(Image Comics, 2014)
Written and Lettered by Ed Brisson
Illustrated by Simon Roy
Colored by Simon Gough
“Ok…I know what’s going on…oh wait…that’s different…didn’t see that one comi…oh no…that was unexpected…ugh…his head exploded all over the….is that a sword of Kahless?…”
Oh crap. I hope to God I never wake up in a field. Better yet, never in The Field, for that, comic friends, is a twisted and dark path filled with more disturbing things than those creepy, flaxen haired children who walk among the corn.
Ed Brisson (Peter Panzerfaust, Sheltered) has delivered the second issue in his disturbing, you-can’t-imagine-what-happens-next comic The Field from Image Comics. Where is this going? That’s the genius of Brisson’s narrative, because I really have no idea.
In the first issue we met our main character, a man who awakens in a field in his boxer shorts and is picked up by a homicidal bible salesman. The two go to a diner where said salesman unleashed a volley of death on the customers, and we’re left with the image of a group of bikers called “the Smoke Eaters”, who are looking for our boxered hero. There is no coming out of this tailspin.
Or is there?
In issue two, Brisson changes everything you think you know about what’s going on. (Which, reviewing the previous paragraph, is very little indeed.) The certainties are anything but. Christian (the salesman) is the bad guy. Or…maybe not as much as we thought. The Smoker Eaters, who are looking for Grant (we find out a little back story on our protagonist) are shown a little more, and they are definitely bad guys. Or are they? Brisson has me as a reader jumping, and that’s good for now, it keeps the book interesting. But I think too much of that, without a base certainty about the characters, will make me want to read this book less. As for now, it works like a charm, and has me so confused that I have to read at least one more issue, just to try and get a handle on what is going on.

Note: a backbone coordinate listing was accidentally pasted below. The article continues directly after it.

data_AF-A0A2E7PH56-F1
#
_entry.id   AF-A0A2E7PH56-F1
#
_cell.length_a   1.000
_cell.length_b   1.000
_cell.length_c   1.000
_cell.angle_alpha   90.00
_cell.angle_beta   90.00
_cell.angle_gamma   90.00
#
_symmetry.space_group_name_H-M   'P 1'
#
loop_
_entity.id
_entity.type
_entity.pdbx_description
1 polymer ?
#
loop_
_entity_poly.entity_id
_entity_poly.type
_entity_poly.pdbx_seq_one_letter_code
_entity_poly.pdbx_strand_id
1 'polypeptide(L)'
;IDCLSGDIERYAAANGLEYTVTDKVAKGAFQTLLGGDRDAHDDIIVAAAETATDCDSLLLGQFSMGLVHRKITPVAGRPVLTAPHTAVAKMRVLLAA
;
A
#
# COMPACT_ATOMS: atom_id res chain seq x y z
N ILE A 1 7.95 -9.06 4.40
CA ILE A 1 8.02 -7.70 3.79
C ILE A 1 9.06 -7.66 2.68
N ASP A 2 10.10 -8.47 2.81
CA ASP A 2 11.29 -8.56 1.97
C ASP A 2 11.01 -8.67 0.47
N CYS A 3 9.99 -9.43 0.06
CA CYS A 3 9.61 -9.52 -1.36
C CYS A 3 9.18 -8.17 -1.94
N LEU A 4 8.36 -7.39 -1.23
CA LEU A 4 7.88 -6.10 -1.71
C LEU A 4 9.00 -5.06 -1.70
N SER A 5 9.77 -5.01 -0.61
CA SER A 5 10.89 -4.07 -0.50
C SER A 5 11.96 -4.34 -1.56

Simon Roy (Prophet, Jan’s Atomic Heart) has an emotive style that lets you into Grant’s head without the exposition that is sometimes required. He has the ability to show dramatic movement in some of the panels that make them so much more effective. Who wants to see the aftermath of a motorcycle wreck when you could see the motorcyclists’ face bouncing down the road? Well, perhaps that’s not the best example, but this is a mature book to be certain, and Roy does a fine job illustrating it as such.
Brisson and Roy have set the hook with this one, and I can do nothing but be dragged through the murky waters of The Field for another issue. Brisson has given some clue that there will be more information coming, and has introduced some new characters. (Mr. Brisson, the Tomorrow Men gave me no amount of joy.) So pick up the second issue as well as the first if you haven’t yet. Grant is lost in his own mind, and we along with him. Might as well enjoy it.
Brad Gischia is a writer and artist living in the frozen Upper Peninsula of Michigan. He is married and has three kids and a dog, who all put up with his incessant prattling about comic books.